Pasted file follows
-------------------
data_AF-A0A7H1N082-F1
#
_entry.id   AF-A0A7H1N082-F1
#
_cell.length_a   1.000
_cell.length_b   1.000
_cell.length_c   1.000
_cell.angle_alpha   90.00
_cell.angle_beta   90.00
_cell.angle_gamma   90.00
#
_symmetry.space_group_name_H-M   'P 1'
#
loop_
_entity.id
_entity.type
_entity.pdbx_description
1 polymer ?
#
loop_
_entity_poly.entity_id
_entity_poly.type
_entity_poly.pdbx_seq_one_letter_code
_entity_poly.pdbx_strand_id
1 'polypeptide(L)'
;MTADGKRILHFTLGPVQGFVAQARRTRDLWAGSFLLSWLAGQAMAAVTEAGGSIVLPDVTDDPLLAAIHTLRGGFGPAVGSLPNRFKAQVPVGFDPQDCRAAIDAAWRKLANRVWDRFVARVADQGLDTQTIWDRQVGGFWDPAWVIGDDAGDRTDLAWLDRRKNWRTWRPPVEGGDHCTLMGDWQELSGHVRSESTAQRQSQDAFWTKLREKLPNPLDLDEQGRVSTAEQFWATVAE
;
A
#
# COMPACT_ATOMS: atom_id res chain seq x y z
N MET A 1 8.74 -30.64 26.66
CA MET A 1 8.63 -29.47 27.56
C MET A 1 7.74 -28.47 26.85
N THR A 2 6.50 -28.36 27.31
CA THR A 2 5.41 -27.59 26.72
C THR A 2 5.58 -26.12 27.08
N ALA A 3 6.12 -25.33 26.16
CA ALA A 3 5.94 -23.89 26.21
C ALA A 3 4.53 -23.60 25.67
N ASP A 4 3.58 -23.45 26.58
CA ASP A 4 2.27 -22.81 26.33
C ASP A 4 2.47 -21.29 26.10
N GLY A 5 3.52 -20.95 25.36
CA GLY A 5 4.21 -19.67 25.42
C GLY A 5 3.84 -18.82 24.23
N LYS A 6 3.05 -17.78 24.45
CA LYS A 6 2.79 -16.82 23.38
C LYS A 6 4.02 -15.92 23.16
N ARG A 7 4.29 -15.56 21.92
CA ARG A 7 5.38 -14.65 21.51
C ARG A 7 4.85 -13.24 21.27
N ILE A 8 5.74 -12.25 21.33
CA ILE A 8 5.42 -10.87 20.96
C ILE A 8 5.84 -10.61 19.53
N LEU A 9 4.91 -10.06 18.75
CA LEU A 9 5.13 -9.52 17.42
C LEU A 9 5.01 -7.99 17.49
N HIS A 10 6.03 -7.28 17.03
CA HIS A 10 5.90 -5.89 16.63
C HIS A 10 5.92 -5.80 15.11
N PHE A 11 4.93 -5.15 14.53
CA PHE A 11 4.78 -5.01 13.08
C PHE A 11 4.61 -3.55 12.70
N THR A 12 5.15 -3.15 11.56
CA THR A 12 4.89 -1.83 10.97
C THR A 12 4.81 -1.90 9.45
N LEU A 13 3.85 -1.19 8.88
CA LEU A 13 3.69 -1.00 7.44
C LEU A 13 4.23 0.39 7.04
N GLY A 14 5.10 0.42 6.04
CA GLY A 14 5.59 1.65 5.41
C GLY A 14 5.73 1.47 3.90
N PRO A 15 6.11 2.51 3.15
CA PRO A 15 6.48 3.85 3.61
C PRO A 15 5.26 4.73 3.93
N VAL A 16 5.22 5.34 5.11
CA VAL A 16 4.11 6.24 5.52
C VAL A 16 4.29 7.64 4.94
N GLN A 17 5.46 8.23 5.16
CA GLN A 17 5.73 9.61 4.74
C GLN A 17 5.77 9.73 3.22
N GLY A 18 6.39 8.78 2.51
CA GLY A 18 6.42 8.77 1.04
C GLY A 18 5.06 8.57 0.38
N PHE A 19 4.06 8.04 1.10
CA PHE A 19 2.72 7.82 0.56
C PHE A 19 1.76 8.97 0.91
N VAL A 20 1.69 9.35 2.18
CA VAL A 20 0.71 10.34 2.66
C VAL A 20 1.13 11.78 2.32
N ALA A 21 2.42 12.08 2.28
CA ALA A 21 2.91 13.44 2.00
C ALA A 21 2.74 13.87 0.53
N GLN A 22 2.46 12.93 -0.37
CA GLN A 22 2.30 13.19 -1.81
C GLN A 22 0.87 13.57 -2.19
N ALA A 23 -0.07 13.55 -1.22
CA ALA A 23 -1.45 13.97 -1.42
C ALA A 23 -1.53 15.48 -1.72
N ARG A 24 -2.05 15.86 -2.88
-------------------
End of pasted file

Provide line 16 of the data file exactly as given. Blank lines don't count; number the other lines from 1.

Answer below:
_entity.type